And it's a little bit true - you are really into your pillow
In fact, it may be years since you've seen a sunrise at the *start* of your day
Sleep a little less. Some sunshine would do you good.

This one got me. It has actually been years since I've seen a sunrise. The one luxury I allow myself is to live without an alarm clock. I usually walk into work around 11, but work later into the evenings and night.

'some sunshine would do you good'. A bit odd no, considering I am from the Sun :-)
Bookmark: del.icio.us

Sunday, May 01, 2005

Response to Comment

Suzy asked, in response to my previous post : PY, tell me if I'm too nosy, but what do you think about the point this guy's making? Agree, disagree?

Simple answer: Agree.

Not-so-simple answer: It's not so simple.

My first reaction was to think back to the students I had interacted with at Admit Weekend. I found that the stereotypes usually affected to the school are definitely dated. There were a bunch of very smart, friendly and nice folks at the school. Maybe the author's frustration has to do with his expectations of his classmates unmet? Was he extrapolating from his specific experiences? But, I realized that that line of thinking was missing the point entirely.

The subject of the piece was the Chicago community. What, pray, is a community ? According to the dictionary, it is defined variously, as:

1.a) A group of people living in the same locality and under the same government.
-.b) The district or locality in which such a group lives.
2.a)A group of people having common interests: the scientific community; the international business community.
-.b) A group viewed as forming a distinct segment of society: the gay community; the community of color.
3.a) Similarity or identity: a community of interests.
-.b) Sharing, participation, and fellowship.

This is telling. There is no standard defintion of what a community, or a better/stronger/tight-knit/loose-knit/etc one is. The way I see it, it's entirely up to the members of a community to make what they want to of what they have. No shit, Batman - you say? indeed, i'm mouthing the obvious, but that's what it is.

In the context of b-schools, I guess most of us walk in with a certain expectation of what the 'community' is going to be. For some, it may be a very social one. For others, serious. For some, it may be filled with people on the same career track. For others, it may be one which gives them the freedom to be a maverick. At some level, I think one may tend to be satisfied with their 'community' if their expectations are met. Or, dissatisfied, if they are not.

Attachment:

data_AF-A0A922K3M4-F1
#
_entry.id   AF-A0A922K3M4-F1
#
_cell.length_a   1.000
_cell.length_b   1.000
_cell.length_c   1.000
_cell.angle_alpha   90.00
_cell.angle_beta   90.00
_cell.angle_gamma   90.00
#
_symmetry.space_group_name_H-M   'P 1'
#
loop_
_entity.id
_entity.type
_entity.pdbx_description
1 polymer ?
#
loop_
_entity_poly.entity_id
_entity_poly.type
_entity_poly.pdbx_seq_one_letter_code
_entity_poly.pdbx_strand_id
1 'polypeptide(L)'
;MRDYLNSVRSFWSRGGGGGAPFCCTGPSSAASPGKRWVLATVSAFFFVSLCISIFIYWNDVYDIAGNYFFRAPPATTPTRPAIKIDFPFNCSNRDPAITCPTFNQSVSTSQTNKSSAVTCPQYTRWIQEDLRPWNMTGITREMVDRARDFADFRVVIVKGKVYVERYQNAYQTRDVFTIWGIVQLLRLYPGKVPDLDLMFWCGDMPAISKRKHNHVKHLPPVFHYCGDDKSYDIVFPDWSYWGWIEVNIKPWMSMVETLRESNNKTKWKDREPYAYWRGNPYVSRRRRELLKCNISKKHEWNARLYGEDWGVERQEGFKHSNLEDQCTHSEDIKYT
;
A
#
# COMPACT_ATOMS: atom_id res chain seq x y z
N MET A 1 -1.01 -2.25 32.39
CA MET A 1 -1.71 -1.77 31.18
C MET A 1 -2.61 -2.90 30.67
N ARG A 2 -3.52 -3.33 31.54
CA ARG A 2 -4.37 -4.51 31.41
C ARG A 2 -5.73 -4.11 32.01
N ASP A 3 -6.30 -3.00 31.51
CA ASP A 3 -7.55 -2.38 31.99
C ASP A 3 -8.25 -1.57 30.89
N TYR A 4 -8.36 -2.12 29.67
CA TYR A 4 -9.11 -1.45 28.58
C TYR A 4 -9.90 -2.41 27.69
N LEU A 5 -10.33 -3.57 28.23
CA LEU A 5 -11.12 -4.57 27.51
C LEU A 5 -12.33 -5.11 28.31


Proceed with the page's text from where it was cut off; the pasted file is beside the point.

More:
But, I also believe (hope, really) that b-schools are filled with the kind of people for whom attainment of personal aspirations is coupled with a healthy motivation to support others in the pursuit of their own. It is on this point that I find myself agreeing strongly with Mr. Sharpe. Does that necessarily mean more people should show up for rugby practice or write for the newspaper? Not. Everyone has their own passions, and oftentimes one may not find enough people interested in what they want to do. That's fine. What really matters is that there be a vitality at the intersections of these interests. To be fair, the essays does not say that there isn't at the school.

The reason I felt strongly enough to post his essay was because I got the sense that his expectation of the community, to use the definition above, tends to 3(b). Sharing, participation, and Fellowship. In my experience, there are always a few people in every team/group/organization who do more to foster the group dynamic than others. What I found surprising in his piece was his contention that the inverse 80/20 rule exists at Chicago. I'm not saying that it's a super special place where it shouldn't, but then again it's a carefully selected group of individuals.

If true, it raises an important question. The school has ostensibly admitted candidates who have, in addition to their outstanding personal achievements, contributed significantly to their communities. What happened once they got there? And, it has implications. I have heard Dean Snyder speak twice, and both times he listed improving alumni relations as one of his top priorities. I'm actually glad that it's recognized and being addressed, but in this context it stands starkly compared to schools like Tuck where the involvment of alumni is a matter of pride. I can't help think that the issue of community is somehow related.

My personal expectations for the community going into b-school: quite frankly, I don't know what to expect. It's both a factor of Chicago not having an outwardly singular cultural theme, like Team Fuqua, say, and the reality that each incoming class plays its own jazz. The one very strong hope I do have is that none of my classmates, me included, feel compelled to write a similar essay a year down the line.

So, dear reader, tell me if I'm too nosy, but what do you think about the point this guy's making? Agree, disagree?
Bookmark: del.icio.us